[EAS] Innovation and Its Context

Peter J. Kindlmann pjk at design.eng.yale.edu
Thu Nov 16 18:21:44 EST 2006

The American Institute of Physics Bulletin of Physics News
Number 801  November 16, 2006  by Phillip F. Schewe, Ben Stein,
and Davide Castelvecchi                       www.aip.org/pnu

UNWIRED ENERGY.  Recharging your laptop computer or your cell phone 
might one day be done the same convenient way many people now surf 
the Web---wirelessly. At this week's AIP Industrial Physics Forum, in 
San Francisco, Marin Soljacic (MIT) spoke about how energy could be 
transferred wirelessly by the phenomenon of induction, just as coils 
inside power transformers transmit electric currents to each other 
without touching.  The idea of wireless energy transfer is not new. 
Nikola Tesla was working on the idea more than a century ago
but failed to develop a practical method.
In the new MIT scheme, a power transmitter would fill the space 
around itself with a non-radiative electromagnetic field---meaning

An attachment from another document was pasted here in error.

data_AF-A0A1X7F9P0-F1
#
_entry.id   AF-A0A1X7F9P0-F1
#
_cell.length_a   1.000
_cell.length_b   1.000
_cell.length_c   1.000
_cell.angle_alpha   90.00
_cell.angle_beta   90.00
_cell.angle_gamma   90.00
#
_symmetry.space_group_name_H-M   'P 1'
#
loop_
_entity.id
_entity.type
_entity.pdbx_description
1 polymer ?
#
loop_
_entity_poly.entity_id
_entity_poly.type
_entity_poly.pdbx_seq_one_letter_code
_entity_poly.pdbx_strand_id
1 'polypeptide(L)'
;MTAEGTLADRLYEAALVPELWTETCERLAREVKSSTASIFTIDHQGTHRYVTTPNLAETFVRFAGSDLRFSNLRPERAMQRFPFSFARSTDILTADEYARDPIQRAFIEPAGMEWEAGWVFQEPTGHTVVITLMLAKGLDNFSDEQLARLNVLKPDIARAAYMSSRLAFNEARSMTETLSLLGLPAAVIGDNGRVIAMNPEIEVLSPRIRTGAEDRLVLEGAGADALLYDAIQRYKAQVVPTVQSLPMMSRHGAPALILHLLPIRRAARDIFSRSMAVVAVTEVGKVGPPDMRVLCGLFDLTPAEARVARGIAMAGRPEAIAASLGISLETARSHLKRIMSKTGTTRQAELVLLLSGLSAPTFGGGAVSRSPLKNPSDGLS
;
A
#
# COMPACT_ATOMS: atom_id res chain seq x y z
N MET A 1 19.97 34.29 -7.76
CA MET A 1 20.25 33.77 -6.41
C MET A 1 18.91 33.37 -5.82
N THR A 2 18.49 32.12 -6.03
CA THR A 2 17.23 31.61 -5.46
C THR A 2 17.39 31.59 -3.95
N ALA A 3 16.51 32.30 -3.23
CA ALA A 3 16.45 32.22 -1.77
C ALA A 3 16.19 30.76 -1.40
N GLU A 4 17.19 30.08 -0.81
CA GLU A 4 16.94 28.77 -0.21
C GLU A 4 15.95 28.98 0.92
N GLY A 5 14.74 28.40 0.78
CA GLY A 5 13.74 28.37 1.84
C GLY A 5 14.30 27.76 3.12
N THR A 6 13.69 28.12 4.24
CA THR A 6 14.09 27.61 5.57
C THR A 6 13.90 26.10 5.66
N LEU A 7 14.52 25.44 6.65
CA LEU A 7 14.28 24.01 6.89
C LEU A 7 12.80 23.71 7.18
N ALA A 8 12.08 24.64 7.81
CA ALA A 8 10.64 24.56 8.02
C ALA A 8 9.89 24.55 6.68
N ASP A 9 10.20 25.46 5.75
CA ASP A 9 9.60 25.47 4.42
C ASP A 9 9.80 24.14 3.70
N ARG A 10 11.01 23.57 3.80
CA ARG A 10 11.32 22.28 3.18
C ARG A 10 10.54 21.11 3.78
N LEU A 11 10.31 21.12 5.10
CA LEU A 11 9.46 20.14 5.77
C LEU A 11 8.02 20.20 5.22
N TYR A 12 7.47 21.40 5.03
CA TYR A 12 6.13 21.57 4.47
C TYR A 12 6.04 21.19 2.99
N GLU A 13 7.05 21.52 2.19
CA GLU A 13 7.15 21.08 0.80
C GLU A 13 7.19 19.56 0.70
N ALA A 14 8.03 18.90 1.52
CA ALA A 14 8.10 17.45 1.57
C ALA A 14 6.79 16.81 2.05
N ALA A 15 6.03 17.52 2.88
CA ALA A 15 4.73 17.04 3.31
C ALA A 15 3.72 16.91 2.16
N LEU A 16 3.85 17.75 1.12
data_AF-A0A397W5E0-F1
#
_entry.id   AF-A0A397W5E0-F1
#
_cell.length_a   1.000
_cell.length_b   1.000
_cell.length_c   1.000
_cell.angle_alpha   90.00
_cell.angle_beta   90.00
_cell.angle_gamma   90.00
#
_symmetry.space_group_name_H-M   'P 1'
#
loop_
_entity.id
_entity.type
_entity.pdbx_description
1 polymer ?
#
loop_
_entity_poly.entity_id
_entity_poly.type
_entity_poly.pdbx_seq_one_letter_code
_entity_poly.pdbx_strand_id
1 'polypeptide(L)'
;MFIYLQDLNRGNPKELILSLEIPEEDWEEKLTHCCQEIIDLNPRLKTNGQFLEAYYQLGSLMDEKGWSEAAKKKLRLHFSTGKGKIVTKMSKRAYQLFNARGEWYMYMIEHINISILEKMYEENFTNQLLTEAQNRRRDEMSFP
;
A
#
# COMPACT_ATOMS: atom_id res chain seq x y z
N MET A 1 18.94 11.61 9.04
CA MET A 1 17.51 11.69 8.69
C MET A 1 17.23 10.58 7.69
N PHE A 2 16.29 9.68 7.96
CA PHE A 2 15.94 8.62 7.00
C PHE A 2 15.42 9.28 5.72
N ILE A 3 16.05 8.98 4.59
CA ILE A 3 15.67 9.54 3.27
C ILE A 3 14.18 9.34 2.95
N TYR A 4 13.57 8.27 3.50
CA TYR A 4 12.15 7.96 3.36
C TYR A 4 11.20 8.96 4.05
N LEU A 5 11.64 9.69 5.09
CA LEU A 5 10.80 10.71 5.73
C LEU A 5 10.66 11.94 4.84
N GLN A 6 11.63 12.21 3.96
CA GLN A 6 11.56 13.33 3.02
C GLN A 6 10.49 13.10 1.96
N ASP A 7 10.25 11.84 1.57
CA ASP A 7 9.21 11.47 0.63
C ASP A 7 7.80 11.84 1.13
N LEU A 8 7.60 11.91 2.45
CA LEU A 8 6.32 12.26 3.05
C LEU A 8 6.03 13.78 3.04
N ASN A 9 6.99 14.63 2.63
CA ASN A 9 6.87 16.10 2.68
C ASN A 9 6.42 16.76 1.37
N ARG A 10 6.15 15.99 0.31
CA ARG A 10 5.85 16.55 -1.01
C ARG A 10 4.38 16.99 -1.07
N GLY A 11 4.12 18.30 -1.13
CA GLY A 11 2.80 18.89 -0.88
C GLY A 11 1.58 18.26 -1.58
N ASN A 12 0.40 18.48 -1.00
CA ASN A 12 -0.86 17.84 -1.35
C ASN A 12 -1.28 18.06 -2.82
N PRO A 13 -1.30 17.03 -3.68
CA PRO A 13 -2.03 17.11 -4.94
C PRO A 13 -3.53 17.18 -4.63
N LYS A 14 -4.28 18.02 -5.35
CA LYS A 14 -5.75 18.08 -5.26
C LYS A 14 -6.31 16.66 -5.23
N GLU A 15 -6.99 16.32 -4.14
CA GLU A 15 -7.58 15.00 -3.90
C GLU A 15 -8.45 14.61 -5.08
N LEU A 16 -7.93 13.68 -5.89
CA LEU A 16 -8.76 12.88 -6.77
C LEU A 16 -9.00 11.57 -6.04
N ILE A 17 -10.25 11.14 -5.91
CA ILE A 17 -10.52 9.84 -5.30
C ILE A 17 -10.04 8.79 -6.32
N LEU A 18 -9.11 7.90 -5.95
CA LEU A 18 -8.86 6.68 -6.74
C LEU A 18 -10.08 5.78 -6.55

that its energy would not ripple away as electromagnetic waves. 
Energy would only be picked up by appliances specially designed to
resonate with the field; most of the energy not picked up by a 
receiver would be reabsorbed by the emitter.  Contrary to more 
traditional, radiative means of energy transmission such as
microwaves, it would not require a direct line of sight.  It would be 
innocuous to people exposed to it.  With designs proposed by Soljacic 
in a paper with Aristeidis Karalis and John Joannopoulos, an object 
the size of a laptop could be recharged within a few meters of the 
power source. Soljacic (marin at ab-initio.mit.edu) and his MIT 
colleagues are now working on demonstrating the technology in 
practice.  (soljacic at mit.edu, Tel: 617-253-2467)

This useful, though distressingly obvious, proposition is a nice 
example of one way of fostering "innovation," by dumbing down the 
environment. The simplistic can then become novel. Thus one can 
rediscover Faraday's Law of Induction, the geometry of magnetic 
fields and the role of resonance in energy transfer. Or am I getting 
it wrong, and this is novel because it applies to laptops?
Relevant here is the not unheard-of proposal to eliminate E&M 
(Electricity and Magnetism) and hands-on lab courses from EE 
curricula. This would surely accomplish much dumbing down. Ray 
Bradbury's dictum "You don't have to burn books to destroy a culture. 
Just get people to stop reading them" has its analogy in the 
shrinking scope of education.  --PJK

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